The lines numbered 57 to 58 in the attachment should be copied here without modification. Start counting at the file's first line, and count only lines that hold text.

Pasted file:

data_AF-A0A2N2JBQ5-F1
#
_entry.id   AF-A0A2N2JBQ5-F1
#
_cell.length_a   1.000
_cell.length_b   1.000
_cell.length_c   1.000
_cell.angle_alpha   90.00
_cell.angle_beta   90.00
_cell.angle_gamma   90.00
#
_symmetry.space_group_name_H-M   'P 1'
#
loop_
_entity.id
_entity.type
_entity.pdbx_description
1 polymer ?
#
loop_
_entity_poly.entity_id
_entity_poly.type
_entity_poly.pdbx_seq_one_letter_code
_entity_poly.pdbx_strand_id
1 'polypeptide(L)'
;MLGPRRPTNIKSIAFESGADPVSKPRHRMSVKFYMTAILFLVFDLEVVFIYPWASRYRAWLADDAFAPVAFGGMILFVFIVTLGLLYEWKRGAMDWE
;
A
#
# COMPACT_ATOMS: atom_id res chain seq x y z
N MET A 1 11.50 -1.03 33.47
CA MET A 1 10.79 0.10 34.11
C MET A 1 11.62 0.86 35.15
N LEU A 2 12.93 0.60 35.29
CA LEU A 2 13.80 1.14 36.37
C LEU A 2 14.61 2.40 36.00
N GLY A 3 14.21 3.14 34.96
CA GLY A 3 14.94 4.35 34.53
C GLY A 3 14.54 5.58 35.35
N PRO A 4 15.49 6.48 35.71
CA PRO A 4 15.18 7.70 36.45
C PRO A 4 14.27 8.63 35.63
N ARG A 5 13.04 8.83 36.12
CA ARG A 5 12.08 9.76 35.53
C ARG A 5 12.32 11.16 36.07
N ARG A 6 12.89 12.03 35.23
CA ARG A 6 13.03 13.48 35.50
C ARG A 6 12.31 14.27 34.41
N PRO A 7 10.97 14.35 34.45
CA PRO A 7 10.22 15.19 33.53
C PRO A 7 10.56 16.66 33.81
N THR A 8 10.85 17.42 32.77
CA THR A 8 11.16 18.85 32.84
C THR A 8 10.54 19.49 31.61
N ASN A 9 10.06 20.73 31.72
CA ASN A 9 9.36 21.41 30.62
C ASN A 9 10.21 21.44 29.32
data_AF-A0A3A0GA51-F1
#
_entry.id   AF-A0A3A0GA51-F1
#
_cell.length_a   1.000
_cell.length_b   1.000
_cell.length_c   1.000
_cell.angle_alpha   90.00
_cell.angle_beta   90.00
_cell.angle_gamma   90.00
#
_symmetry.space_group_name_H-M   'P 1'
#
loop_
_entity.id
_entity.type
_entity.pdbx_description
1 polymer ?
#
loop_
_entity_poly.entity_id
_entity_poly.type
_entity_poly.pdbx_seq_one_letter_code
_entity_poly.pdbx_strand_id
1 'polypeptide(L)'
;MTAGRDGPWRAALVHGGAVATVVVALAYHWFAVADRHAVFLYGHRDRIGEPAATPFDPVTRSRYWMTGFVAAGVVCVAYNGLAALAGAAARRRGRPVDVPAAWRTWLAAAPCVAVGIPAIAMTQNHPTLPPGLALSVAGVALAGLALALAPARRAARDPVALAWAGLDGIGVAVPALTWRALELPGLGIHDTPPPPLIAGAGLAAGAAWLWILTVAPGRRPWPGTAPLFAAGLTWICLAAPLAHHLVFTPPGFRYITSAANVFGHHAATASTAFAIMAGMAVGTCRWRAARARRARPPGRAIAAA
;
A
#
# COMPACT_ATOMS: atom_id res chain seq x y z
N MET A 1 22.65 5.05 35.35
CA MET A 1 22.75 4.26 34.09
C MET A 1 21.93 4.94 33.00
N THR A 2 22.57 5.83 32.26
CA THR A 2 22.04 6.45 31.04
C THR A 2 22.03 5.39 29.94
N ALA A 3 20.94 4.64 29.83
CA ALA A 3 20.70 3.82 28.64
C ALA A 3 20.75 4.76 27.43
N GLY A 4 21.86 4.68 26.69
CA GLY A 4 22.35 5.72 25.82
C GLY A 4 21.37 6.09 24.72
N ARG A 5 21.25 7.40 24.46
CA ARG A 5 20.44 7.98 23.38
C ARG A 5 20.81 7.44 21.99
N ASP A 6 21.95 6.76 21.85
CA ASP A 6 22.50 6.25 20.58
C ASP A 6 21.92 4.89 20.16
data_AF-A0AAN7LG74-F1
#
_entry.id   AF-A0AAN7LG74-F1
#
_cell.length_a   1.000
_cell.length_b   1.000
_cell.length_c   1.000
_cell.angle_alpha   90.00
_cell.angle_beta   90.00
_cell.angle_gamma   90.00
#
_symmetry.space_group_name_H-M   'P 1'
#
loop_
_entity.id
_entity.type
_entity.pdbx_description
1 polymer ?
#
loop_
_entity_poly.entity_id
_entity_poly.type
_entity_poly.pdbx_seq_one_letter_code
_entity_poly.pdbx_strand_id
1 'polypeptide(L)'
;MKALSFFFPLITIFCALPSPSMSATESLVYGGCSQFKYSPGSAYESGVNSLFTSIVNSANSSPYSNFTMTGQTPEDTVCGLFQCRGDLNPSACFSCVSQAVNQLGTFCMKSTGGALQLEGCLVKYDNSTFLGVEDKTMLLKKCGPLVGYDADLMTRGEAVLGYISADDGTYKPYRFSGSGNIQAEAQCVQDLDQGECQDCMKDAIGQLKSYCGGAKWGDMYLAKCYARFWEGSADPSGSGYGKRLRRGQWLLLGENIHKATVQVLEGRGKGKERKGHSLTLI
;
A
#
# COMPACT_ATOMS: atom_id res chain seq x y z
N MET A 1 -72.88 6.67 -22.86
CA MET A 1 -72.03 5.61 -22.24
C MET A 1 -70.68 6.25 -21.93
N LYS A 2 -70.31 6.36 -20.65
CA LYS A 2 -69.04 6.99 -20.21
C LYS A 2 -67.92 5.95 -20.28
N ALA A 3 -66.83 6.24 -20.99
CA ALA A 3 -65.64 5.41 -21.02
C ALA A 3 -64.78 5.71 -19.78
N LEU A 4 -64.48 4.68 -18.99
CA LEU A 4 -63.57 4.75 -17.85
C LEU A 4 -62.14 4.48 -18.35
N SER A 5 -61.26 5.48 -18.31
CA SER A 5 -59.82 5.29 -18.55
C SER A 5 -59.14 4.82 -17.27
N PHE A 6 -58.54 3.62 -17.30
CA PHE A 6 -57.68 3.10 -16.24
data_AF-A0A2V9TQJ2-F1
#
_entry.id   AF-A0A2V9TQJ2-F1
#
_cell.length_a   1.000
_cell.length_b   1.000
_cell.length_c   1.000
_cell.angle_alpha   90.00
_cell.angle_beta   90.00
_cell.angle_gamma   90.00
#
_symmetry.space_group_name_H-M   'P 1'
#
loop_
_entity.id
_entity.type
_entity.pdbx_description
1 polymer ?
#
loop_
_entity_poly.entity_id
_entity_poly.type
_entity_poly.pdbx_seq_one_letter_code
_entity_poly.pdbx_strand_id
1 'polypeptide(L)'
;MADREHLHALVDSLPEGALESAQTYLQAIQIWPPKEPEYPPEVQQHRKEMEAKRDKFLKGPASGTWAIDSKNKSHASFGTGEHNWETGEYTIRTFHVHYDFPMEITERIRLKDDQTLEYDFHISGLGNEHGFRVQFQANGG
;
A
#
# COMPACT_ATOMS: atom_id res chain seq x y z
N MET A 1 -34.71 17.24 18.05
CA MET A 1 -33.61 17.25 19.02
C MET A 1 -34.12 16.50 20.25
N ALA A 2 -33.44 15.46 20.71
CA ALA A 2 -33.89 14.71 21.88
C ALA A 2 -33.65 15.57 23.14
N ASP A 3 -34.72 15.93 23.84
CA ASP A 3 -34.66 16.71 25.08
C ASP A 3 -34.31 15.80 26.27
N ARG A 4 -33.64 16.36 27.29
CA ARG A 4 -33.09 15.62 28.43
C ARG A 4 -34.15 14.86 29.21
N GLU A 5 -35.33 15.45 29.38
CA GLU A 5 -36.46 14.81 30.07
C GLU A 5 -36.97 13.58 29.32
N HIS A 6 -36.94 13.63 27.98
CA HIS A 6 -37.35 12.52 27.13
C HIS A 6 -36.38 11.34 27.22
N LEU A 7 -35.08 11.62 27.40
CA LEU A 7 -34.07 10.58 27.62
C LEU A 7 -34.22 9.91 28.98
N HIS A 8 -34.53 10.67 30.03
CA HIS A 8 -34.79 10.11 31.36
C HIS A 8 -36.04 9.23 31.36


C ASN A 9 10.21 21.44 29.32
data_AF-A0A3A0GA51-F1